Beginning Sept. 2 the Surry County Department of Social Services will implement a change to the county’s Medicaid transportation policy. The new policy will affect those Medicaid patients who have access to their own rides to and from medical appointments.
The changes will have no affect on those Medicaid patients who use the transportation services for which the county contracts with the Yadkin Valley Economic Development District Inc. (YVEDDI).
Federal Medicaid standards require states to have a plan to transport Medicaid patients to and from medical appointments. In North Carolina counties execute the responsibility of implementing a transportation plan. Though countines initially handle transportation plans, since the 2008 “Medicaid swap,” they are reimbursed by the state for the costs.
In Surry County, the Department of Social Services contracts with YVEDDI to provide transportation or gives those Medicaid patients who have their own means of transportation mileage reimbursement or gas vouchers to cover costs associated with medically-related travel.
According to social services staff the costs associated with Medicaid transportation were about $750,000 in the last fiscal year.
Beginning Sept. 2 the opportunity for Medicaid patients to receive a gas voucher to cover transportation costs will be removed from the department’s policy. Instead, those Medicaid patients who provide their own transportation will have to file travel reimbursement requests to recoup transportation costs.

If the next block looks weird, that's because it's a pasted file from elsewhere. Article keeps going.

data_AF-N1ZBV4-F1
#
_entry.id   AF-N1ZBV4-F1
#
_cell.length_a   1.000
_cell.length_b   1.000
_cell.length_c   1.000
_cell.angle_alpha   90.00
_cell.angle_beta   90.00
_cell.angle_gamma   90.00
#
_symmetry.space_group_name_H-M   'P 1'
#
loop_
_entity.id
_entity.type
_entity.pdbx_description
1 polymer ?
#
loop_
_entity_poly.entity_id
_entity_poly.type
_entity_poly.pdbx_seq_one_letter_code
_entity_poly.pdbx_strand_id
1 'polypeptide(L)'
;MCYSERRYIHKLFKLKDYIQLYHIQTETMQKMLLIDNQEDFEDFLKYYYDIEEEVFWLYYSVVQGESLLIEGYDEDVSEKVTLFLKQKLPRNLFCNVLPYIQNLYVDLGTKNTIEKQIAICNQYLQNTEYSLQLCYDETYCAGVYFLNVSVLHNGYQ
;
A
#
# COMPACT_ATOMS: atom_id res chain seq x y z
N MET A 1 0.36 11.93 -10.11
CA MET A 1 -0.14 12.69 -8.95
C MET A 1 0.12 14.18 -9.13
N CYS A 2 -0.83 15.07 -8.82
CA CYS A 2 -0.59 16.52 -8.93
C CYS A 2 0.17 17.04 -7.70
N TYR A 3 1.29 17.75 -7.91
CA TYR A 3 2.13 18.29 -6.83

Reimbursement requests, which must be submitted by the tenth of the month following an appointment, are paid at a rate equal to 50 percent of the year’s Internal Revenue Service business mileage rate. For 2015, that rate has been set at 57.5 cents per mile, making the Medicaid reimbursement rate 28.75 cents this year.
According to the Department of Social Services monthly report there are more than 16,000 recipients of Medicaid services in Surry County. Social Services Director Kristy Preston said that each of the county’s Medicaid patients will receive letters notifying them of the reimbursement change.
According to Preston the change was prompted by the administrative workload involved with the gas vouchers. “They were labor intensive and were becoming somewhat of an administrative nightmare,” commented Preston. According to Preston the mileage reimbursement process is easier navigated by both social services personnel and Medicaid patients.
Andy Winemiller is a staff writer at the Mount Airy News. Andy can be reached at (336) 415-4698 or firstname.lastname@example.org.